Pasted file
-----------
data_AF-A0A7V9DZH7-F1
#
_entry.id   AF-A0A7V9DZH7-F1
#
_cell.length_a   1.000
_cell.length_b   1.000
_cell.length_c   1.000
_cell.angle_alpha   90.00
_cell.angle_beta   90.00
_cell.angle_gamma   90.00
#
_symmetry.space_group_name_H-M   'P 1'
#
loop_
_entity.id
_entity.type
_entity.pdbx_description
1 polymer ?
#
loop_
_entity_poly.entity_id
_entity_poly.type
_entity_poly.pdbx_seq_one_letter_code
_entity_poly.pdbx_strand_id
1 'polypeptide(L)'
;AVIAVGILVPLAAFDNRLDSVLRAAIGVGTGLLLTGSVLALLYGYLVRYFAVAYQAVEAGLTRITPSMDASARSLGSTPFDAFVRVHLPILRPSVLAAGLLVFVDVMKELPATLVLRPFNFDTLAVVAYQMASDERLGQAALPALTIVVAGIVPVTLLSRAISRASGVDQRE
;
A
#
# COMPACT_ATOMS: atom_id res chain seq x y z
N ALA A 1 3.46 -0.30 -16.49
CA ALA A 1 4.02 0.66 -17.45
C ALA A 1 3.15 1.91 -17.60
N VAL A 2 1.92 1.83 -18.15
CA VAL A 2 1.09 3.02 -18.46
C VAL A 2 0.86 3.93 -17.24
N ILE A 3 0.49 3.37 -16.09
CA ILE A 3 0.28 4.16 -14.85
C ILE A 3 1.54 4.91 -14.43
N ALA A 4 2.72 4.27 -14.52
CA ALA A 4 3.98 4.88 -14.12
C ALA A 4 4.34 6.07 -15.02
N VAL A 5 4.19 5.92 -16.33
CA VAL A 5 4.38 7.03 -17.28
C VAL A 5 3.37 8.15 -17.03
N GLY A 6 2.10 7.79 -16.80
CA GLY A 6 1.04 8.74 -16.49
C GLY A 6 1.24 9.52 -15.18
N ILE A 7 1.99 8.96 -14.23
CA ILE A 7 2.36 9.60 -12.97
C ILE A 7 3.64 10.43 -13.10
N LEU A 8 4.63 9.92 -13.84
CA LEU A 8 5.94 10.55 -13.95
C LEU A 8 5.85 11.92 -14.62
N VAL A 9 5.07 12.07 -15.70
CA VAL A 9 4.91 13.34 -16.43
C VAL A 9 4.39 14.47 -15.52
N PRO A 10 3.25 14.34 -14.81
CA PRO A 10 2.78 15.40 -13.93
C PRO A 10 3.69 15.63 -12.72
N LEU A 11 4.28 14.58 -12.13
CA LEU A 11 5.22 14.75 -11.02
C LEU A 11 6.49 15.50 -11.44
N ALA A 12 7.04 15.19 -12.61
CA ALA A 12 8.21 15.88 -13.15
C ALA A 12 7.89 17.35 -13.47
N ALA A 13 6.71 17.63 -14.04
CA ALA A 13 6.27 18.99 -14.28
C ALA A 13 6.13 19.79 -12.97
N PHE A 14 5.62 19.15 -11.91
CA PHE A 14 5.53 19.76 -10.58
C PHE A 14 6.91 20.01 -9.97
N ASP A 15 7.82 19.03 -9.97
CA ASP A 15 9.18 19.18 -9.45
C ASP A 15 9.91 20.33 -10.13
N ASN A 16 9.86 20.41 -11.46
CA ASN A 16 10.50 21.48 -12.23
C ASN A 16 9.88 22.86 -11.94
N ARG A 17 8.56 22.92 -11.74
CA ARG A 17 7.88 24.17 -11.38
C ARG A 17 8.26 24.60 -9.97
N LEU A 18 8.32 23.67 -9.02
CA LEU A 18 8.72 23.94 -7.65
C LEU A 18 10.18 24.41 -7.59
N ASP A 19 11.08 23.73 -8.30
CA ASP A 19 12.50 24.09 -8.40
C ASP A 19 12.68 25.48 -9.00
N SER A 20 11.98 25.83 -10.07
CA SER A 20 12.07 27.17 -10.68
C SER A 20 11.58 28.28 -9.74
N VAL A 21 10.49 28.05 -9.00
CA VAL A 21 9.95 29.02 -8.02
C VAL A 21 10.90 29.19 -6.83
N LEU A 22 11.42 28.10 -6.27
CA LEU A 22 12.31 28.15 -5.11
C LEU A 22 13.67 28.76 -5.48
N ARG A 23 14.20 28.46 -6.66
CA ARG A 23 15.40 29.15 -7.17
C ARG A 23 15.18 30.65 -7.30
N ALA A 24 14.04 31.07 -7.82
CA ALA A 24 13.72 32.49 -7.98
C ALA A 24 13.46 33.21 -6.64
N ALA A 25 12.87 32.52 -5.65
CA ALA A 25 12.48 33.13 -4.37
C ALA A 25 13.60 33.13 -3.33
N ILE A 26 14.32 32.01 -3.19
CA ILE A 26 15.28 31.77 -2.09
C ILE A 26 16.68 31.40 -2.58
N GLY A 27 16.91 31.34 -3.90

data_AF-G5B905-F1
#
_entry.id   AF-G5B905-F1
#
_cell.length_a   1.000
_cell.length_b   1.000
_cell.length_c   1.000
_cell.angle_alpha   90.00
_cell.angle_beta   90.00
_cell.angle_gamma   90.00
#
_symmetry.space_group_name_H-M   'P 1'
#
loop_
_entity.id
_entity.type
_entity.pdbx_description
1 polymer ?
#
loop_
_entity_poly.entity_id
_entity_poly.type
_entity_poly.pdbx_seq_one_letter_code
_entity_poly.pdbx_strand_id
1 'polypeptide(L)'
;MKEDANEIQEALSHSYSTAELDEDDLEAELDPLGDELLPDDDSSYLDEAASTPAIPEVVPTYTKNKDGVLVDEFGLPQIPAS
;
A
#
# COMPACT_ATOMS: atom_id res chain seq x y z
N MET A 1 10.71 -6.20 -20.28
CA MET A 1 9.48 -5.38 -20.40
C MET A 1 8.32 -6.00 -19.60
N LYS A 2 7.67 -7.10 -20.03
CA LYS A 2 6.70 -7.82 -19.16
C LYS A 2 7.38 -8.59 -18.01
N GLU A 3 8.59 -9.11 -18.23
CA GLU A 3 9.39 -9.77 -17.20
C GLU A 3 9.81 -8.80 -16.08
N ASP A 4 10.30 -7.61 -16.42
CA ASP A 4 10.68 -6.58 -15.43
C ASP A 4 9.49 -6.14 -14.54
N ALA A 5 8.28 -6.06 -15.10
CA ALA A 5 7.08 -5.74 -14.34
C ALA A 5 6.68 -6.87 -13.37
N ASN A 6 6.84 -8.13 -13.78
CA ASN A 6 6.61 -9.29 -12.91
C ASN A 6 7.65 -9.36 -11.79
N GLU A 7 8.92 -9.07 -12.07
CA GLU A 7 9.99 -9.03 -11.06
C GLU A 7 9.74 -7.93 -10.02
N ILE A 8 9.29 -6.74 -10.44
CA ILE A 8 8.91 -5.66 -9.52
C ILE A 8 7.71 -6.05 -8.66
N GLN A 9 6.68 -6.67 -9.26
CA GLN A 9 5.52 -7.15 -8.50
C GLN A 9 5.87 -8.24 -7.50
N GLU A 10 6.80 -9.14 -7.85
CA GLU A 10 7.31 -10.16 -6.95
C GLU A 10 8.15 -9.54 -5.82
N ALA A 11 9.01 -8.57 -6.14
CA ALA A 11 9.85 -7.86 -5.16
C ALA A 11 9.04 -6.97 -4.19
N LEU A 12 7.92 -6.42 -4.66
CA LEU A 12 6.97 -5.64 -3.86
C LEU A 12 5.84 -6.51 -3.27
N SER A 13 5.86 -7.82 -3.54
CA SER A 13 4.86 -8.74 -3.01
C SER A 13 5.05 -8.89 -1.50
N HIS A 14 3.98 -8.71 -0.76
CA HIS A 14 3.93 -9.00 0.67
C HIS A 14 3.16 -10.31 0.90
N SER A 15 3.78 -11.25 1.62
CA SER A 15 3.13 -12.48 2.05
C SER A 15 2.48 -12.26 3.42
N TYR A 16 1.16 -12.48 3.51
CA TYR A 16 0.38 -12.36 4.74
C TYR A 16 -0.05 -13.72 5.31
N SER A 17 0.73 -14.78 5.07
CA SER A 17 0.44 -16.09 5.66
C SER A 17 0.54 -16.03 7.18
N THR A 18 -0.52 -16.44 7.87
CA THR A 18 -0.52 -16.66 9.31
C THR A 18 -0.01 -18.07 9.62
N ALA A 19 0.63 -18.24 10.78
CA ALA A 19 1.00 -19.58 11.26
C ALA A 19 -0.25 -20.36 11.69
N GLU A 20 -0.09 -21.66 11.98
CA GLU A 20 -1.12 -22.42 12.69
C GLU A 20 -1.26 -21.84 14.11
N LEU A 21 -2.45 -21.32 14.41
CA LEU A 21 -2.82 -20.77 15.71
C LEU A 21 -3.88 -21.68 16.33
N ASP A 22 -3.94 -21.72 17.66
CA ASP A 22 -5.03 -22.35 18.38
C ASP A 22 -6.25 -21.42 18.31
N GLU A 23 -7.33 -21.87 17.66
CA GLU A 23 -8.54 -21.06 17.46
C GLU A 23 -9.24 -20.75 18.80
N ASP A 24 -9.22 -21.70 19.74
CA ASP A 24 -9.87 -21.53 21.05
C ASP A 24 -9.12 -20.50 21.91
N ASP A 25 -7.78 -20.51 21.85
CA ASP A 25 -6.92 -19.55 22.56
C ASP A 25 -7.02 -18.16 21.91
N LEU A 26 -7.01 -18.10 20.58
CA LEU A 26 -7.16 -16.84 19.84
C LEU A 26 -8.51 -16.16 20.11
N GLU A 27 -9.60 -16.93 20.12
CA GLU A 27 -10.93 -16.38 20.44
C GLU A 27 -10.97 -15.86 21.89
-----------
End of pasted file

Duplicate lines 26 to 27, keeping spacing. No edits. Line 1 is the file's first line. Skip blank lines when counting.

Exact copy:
;AVIAVGILVPLAAFDNRLDSVLRAAIGVGTGLLLTGSVLALLYGYLVRYFAVAYQAVEAGLTRITPSMDASARSLGSTPFDAFVRVHLPILRPSVLAAGLLVFVDVMKELPATLVLRPFNFDTLAVVAYQMASDERLGQAALPALTIVVAGIVPVTLLSRAISRASGVDQRE
;